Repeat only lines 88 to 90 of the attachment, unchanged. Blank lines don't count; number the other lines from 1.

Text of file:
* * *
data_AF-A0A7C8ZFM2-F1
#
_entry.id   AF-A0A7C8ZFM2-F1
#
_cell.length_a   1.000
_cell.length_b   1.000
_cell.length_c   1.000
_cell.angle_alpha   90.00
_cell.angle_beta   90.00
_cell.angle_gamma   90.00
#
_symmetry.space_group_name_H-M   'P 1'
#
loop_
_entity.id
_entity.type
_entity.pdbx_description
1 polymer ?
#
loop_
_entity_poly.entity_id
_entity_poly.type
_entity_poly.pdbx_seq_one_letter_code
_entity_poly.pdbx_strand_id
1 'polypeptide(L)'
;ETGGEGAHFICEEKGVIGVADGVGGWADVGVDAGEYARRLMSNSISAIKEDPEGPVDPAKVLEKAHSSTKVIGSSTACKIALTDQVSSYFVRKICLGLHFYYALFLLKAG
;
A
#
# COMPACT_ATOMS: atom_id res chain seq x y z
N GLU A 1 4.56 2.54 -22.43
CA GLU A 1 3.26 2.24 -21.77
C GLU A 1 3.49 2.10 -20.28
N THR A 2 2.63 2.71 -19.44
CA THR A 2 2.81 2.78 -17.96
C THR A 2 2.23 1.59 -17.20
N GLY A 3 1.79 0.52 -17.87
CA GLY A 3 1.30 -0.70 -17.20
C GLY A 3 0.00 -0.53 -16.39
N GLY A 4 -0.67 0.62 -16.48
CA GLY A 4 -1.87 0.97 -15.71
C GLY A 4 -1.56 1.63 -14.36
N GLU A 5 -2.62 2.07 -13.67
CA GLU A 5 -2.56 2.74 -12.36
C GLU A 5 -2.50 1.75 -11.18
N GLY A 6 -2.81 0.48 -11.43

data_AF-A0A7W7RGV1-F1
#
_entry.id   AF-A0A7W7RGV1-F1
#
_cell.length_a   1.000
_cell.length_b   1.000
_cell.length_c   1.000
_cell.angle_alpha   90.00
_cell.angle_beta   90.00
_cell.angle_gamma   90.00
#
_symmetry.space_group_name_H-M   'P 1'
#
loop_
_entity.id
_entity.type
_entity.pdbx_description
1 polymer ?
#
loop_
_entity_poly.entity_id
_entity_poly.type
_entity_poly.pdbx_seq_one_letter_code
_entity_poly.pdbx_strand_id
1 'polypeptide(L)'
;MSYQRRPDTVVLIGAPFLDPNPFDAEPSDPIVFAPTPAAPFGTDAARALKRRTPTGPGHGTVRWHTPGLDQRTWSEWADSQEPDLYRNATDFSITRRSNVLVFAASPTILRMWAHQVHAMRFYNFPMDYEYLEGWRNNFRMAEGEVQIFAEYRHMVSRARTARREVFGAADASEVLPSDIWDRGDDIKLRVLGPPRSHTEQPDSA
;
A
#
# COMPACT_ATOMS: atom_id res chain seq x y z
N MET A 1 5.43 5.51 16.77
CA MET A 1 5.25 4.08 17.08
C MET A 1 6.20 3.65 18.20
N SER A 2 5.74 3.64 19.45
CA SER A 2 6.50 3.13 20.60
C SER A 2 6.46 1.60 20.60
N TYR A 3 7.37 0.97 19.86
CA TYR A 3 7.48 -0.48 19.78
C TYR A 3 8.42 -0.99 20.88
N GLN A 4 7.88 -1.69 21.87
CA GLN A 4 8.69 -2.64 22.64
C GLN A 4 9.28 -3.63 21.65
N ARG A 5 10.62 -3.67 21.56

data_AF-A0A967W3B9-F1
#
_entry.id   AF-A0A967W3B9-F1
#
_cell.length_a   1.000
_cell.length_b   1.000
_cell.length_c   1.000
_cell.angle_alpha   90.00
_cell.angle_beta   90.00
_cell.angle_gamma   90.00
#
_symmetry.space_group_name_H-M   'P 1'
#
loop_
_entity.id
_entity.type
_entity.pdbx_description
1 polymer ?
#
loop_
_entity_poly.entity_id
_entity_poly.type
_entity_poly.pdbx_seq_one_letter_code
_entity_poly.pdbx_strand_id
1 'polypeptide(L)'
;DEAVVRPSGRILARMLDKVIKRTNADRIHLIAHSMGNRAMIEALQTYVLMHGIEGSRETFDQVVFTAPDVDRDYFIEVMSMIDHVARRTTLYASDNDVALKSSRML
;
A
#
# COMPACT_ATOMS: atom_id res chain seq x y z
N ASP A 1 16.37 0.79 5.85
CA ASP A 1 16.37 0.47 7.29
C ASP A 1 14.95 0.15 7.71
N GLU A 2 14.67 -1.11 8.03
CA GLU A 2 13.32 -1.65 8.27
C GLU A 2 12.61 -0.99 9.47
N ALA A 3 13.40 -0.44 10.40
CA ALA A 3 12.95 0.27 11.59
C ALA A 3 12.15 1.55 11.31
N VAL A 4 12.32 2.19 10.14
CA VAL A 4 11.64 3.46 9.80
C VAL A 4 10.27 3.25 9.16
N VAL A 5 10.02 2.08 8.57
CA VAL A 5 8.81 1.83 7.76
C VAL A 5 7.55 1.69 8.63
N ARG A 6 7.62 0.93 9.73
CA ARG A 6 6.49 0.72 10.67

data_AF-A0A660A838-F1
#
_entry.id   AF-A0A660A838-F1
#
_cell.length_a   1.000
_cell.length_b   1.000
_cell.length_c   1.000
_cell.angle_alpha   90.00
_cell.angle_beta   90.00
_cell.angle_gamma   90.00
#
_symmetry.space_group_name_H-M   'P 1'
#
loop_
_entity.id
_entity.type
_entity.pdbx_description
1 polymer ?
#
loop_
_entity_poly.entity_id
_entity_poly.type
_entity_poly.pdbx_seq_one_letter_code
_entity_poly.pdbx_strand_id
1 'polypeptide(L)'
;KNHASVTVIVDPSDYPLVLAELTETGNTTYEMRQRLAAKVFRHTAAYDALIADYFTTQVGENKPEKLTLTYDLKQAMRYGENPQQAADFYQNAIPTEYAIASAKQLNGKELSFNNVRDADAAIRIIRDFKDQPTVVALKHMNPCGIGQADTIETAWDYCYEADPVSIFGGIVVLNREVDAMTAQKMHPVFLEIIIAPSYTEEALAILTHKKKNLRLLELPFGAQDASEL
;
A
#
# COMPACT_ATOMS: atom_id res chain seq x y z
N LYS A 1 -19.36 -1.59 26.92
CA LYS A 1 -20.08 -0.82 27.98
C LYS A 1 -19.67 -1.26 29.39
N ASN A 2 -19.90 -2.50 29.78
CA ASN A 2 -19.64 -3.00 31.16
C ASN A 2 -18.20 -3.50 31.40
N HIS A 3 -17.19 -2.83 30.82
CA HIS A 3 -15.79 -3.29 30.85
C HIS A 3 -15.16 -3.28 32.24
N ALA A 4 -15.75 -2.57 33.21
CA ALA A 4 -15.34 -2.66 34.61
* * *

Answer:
C GLN A 4 9.28 -3.63 21.65
N ARG A 5 10.62 -3.67 21.56

data_AF-A0A967W3B9-F1